"We cannot stress enough the importance of moms having an ultrasound early in their pregnancy." -Mike Vlastos, MD
St. Louis, MO (PRWEB) December 18, 2015
Are the twins identical and is there one placenta or two? These simple questions could give parents the key to the information they need to save the lives of their twins before they are born. As part of twin to twin transfusion syndrome (TTTS) awareness month, the SSM Health St. Louis Fetal Care Institute is educating families about these questions, and the importance of frequent ultrasounds for mothers pregnant with multiples.
"We cannot stress enough the importance of moms having an ultrasound early in their pregnancy to identify multiples and then to determine whether there is one placenta or two. If they are pregnant with identical twins who share a placenta, they need to be closely monitored for TTTS," says Fetal Care Institute Director and SLUCare Maternal-Fetal Medicine Specialist Mike Vlastos, MD.
TTTS is a prenatal condition in which twins share unequal amounts of the placenta’s blood supply, resulting in the babies growing at different rates. TTTS impacts the twins’ blood flow and can be deadly to both babies. Around 70% of identical twins share a placenta and 10-20% of these pregnancies are affected by TTTS.
"TTTS can develop rapidly, which is why it is so important for these moms to know the warning signs and to have an ultrasound every two weeks from the time their pregnancy reaches 16 weeks," says Vlastos.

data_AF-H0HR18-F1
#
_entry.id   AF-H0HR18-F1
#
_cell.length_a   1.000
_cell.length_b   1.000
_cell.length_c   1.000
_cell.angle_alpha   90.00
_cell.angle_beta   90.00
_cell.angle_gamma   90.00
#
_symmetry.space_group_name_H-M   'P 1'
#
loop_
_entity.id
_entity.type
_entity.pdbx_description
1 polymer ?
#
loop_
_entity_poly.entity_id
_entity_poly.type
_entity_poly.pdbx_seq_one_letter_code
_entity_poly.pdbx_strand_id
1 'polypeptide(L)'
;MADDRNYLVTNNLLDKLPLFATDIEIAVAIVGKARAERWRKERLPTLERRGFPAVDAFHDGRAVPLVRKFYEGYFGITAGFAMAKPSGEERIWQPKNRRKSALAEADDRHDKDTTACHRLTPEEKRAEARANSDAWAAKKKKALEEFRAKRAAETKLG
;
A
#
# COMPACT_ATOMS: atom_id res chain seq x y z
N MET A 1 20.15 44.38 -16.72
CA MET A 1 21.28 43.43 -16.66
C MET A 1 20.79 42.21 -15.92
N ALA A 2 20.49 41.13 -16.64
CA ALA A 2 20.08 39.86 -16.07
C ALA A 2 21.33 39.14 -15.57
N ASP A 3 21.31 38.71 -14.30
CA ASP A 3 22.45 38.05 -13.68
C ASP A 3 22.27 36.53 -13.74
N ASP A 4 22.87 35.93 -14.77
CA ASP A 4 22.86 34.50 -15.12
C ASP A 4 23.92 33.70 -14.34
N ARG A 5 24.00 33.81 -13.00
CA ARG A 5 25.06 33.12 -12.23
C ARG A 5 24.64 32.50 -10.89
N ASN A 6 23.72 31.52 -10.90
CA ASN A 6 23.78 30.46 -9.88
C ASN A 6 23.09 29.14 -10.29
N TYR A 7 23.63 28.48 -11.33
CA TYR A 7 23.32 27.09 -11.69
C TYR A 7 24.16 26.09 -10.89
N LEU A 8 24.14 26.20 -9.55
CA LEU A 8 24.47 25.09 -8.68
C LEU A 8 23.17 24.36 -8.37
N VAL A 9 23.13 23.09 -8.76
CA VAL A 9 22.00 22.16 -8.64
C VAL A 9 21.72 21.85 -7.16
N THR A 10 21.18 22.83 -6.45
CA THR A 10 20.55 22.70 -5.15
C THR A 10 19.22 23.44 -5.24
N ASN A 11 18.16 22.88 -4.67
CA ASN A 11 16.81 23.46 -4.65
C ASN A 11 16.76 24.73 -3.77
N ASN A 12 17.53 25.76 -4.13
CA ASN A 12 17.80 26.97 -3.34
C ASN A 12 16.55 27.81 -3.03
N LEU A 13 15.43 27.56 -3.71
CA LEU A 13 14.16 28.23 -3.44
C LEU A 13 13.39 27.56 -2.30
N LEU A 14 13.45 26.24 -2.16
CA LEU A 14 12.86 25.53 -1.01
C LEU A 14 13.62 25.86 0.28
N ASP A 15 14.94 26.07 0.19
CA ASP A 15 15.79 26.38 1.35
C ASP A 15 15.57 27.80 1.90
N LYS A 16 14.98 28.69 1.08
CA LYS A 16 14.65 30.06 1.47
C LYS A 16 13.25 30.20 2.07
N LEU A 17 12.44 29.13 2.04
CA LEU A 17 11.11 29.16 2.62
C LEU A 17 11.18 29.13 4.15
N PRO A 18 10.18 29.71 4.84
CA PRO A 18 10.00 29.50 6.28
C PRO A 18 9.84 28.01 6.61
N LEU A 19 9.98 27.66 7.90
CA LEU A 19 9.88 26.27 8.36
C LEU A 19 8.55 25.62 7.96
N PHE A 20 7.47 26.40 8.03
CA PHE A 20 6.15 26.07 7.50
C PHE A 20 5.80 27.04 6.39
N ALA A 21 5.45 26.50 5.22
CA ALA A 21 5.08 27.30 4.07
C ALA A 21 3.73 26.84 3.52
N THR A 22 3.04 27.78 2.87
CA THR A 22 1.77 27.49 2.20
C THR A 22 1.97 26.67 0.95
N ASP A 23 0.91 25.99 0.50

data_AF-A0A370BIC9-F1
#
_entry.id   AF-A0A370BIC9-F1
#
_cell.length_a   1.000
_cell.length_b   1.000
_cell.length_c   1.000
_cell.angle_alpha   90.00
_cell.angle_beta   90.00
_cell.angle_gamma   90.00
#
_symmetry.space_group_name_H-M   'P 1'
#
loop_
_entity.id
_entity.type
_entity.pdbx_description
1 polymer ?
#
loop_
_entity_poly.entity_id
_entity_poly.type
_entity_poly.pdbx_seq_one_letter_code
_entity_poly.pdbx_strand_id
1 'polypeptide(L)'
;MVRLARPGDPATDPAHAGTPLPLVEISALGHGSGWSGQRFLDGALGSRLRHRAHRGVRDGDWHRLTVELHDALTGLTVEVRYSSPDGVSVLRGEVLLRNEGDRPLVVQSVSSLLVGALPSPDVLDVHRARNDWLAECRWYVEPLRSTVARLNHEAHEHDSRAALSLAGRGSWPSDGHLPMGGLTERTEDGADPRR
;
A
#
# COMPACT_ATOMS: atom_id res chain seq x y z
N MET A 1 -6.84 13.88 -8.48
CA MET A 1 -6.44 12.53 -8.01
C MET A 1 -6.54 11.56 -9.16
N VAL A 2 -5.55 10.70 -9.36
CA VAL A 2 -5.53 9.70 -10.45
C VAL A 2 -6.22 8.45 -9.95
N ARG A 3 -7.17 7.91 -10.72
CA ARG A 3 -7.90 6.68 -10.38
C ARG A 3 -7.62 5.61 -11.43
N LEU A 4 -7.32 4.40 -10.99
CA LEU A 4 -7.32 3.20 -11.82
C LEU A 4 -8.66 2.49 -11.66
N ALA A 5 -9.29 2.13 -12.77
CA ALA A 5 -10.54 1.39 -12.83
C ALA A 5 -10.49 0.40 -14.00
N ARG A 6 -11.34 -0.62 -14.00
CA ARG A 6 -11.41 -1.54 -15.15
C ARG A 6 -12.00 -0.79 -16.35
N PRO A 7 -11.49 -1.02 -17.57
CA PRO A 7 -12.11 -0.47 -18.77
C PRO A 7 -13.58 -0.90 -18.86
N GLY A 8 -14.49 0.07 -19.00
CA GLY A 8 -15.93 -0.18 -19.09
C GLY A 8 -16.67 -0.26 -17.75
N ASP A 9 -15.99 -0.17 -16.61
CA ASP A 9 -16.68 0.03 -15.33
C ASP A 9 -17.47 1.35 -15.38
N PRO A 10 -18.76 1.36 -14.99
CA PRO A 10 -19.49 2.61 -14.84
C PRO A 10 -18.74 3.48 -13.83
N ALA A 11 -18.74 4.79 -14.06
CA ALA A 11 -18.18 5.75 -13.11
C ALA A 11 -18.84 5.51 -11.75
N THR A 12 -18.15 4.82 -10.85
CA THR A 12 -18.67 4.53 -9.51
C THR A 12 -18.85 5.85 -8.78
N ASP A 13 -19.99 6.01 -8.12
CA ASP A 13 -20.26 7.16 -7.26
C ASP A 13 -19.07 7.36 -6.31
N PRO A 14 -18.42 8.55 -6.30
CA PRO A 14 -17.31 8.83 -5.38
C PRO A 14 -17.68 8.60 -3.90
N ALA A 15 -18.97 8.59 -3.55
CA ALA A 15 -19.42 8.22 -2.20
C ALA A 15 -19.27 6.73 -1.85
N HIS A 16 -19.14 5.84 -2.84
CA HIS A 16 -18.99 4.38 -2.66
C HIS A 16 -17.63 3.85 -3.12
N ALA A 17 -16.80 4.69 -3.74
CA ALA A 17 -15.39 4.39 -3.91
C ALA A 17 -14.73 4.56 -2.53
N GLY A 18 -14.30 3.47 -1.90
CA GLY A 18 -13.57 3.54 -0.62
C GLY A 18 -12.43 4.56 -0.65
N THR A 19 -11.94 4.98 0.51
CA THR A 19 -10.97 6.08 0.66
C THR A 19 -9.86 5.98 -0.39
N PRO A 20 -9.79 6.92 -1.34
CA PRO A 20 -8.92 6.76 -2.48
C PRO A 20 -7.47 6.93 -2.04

Warning signs for TTTS include a sudden increase in the mother's weight, hand and leg swelling early in pregnancy, abdominal pain or tightness and uterine contractions.
Using minimally invasive fetal laser surgery, doctors can stop the negative impacts of TTTS while the babies are still in the womb. The St. Louis Fetal Care Institute is one of the few fetal care centers in the United States to offer this procedure.
During the surgery, a laser is used to block the shared blood vessels. The surgeon inserts a pencil-tip-sized telescope in the mother’s uterus and examines the entire placenta to find the connected blood vessels. Once these are all mapped, a tiny laser fiber is inserted and laser energy is used to stop the blood flow between the twins.
"With education, frequent monitoring and early detection we can save the lives of babies who develop TTTS," says Vlastos.
About the SSM Health St. Louis Fetal Care Institute
The SSM Health St. Louis Fetal Care Institute is a partnership between SSM Health Cardinal Glennon Children’s Hospital, SSM Health St. Mary’s Hospital-St. Louis and Saint Louis University School of Medicine. Bringing together renowned maternal fetal medicine (MFM) specialists, pediatric and fetal surgeons, specialized nurses, cutting-edge technology, and a family-oriented approach, the St. Louis Fetal Care Institute offers state-of-the-art diagnostic methods and treatment options for families whose unborn babies are facing medical challenges. It is one of the nation’s leading comprehensive fetal care programs, offering a variety of fetal interventions and treatments, including open and minimally invasive fetal surgery for babies in the womb.